Intro to C-programming

Part 1: Getting started

Hello World


int main(void) {
	printf("Hello world!\n");
	return 0;
Compile using:
gcc hello_world.c
which will generate a.out

Run using:


You can (and are recommended to) compile with several flags to the compiler:

  • -g = debug information
  • -Wall = All warnings are displayed
  • -O9 = Optimization

Which makes it:

gcc -g -Wall hello_world.c

Variable types

short/long can specify size.

signed (use 1 bit for sign)/unsigned

const int i = 42;

i is not a variable.

You can declare a variable static, and if done in global scope, use it inside functions etc.


static int i = 0;

int main(void) {
    printf("%i\n", i);
    i = i+1;
    printf("%i\n", i);
    return 0;

Prefixing variables with extern makes them globally visible from other files.

Strings and arrays

is the same as
char str[] = {'H','e','l','l','o','\0'}

We will cover much more on strings when we get to pointers.


int main(void) {
    char str[] = {'H','e','l','l','o','\0'};
    printf("%s - %s\n", str, "Hello");
    return 0;



int main(void) {
    enum firstmonths{JAN,FEB,MAR,APR};
    enum lastmonths{NOV=10,DEC=11};
    printf("%i\n", JAN);
    printf("%i\n", NOV);
    return 0;

All enumerated values must be different, and will start with 0 if not explicitly defined.




Bitwise operators


static unsigned int binary0110 = 6;
static unsigned int binary0010 = 2;

int main(void) {
    printf("%i\n", binary0110 & binary0010 );
    printf("%i\n", binary0110 | binary0010 );
    printf("%i\n", binary0110 ^ binary0010 );
    printf("%i\n", binary0110 << 1 );
    printf("%i\n", binary0110 >> 1 );
    return 0;


int/decimal numner
Unsigned number
Single character
Prints a string
Pointer address

There are more arguments to specify adjustment and width, check the book/manual.

If you create a segfault, and you do not use \n with your printf, you are not guaranteed that it is printed!


++ and -- can be used both before and after an operator.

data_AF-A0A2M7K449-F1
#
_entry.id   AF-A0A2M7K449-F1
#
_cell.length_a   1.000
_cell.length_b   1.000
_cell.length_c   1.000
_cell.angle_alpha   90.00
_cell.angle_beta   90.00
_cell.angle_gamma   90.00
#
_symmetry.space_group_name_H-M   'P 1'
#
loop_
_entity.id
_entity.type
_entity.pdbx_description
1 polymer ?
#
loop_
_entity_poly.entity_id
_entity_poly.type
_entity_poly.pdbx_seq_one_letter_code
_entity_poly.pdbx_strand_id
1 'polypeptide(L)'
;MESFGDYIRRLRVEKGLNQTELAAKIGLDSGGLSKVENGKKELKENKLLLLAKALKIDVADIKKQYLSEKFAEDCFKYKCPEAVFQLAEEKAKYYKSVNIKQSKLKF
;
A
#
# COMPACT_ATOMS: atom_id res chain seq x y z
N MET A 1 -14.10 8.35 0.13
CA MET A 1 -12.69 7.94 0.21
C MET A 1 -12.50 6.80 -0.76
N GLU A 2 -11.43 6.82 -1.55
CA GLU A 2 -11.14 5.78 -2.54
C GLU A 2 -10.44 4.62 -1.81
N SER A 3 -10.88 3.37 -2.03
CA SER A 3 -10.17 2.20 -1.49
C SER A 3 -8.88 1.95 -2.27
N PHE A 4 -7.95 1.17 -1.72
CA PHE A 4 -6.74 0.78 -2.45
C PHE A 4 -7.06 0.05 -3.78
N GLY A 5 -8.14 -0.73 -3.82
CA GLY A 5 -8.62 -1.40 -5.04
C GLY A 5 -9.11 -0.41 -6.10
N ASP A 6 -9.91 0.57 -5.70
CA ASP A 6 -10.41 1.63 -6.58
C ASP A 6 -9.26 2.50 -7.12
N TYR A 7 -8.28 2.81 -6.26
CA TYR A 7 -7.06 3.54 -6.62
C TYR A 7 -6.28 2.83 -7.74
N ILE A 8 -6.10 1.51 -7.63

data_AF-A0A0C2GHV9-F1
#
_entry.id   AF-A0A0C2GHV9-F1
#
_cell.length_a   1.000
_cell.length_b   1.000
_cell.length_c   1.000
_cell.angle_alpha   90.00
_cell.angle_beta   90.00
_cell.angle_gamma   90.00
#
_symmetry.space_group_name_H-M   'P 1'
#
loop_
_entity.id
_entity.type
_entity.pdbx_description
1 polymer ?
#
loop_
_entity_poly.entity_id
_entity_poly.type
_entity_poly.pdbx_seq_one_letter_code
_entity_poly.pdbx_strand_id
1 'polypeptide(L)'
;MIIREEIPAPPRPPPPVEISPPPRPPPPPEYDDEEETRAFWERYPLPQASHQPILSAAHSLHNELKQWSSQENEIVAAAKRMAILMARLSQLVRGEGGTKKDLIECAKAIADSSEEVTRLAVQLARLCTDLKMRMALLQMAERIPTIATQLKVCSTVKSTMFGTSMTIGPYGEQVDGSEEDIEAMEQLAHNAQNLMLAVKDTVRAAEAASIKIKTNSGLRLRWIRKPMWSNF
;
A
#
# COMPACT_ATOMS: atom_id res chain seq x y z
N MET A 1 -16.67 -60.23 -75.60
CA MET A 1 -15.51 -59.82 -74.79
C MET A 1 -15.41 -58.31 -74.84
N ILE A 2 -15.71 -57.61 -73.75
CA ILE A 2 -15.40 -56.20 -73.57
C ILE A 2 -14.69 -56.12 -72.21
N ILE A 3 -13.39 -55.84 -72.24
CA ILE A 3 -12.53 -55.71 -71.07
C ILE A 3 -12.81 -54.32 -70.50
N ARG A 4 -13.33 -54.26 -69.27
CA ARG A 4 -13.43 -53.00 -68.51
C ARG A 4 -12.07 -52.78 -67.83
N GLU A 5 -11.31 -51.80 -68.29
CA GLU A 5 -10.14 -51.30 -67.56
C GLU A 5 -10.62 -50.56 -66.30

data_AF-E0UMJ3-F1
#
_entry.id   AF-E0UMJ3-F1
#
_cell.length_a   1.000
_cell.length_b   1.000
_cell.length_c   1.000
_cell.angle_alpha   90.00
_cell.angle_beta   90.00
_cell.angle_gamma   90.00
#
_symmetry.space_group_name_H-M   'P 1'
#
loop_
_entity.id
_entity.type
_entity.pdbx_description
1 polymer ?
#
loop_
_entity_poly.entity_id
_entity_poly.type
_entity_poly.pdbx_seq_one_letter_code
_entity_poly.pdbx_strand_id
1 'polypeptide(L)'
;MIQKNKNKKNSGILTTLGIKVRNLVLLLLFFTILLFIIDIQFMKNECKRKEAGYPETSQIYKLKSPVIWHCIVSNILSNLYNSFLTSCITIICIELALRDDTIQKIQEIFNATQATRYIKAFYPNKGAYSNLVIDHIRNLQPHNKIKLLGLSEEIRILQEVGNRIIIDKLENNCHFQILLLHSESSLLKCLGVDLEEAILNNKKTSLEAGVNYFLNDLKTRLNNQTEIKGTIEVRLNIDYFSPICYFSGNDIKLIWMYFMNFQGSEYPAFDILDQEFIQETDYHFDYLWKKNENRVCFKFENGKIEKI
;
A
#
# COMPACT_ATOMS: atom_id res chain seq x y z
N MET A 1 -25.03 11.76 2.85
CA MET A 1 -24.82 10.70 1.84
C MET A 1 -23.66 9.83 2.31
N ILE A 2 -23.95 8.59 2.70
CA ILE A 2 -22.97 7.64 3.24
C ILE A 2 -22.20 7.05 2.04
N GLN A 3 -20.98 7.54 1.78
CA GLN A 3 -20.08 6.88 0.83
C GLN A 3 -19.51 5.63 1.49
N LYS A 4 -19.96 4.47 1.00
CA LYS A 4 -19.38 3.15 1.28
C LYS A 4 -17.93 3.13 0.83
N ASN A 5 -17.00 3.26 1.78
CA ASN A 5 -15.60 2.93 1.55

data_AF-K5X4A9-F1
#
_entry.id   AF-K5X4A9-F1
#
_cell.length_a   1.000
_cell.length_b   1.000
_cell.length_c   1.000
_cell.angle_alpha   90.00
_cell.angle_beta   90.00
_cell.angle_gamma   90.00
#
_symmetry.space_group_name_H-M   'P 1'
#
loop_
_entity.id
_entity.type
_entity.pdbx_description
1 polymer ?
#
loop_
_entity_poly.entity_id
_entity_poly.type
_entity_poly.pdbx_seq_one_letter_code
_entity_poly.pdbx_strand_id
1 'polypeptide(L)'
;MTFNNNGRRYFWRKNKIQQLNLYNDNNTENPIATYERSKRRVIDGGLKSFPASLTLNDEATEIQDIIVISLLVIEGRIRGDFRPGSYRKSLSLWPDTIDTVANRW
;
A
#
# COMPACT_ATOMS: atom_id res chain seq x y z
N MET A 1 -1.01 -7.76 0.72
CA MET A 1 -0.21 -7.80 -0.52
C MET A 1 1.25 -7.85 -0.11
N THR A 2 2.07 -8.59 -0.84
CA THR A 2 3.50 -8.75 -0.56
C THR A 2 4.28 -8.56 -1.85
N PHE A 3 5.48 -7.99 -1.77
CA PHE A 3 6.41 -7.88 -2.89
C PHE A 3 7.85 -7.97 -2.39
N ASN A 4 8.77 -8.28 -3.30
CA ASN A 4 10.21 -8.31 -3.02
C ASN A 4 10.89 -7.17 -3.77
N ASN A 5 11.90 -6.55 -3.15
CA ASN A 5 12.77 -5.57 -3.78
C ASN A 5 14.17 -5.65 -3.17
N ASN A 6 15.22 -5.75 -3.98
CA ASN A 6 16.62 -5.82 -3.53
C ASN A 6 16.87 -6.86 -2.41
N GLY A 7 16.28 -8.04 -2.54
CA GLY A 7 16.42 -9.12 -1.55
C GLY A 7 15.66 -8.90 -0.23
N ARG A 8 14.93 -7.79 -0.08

Increments i after its value is used
Increments i before its value is used

int main(void) {
    int i,j,before,after;

    i = 0;
    j = 0;

    before = ++i;
    after = j++;

    printf("Before: %i After: %i i: %i, j: %i\n", before, after, i, j);
    return 0;

Control Flow

Looks like java/python etc.

int main(void) {
    int i;

    for( i = 0; i < 10; i++) {
        printf("i: %i\n", i);

    i = 0;
    while( i < 10 ) {
        printf("i: %i\n", i);

    i = 1;
    if( i ) {
        printf("if statement\n");
    } else {
        printf("else statement\n");

    switch( i ) {
        case 0:
            printf("i is 0\n");
        case 1:
            printf("i is 1\n");
            printf("i is not 0 or 1\n");

    return 0;

break can be used in both loops and switches to exit them. continue can only be used in loops, and jumps to the beginning of the loop.

Style comments

A nice c-style guide can be found at

Tutorial Problems

  1. Create, compile and run the hello world sample.
  2. Write a program, printing the fahrenheit temperature for all celsius temperatures between 0 and 100 (with an interval of 5). The formula is celcius = 5/9(fahrenheit-32)
  3. Experiment with different arguments for printf, both legal and illegal. What happens, when an int is printed as a char or a string? In which cases is the output correct, even through the format is wrong?.
  4. Write a program that can invert a text string, so 'programming' becomes 'gnimmargorp'. It will be necessary to find the length of the string. If the string is given as:
    char s[] = "Hello world"
    it is stored as an array of chars and the null-termination '\0'. Use this null-termination, to find the length. You are allowed to destroy the original string in your program.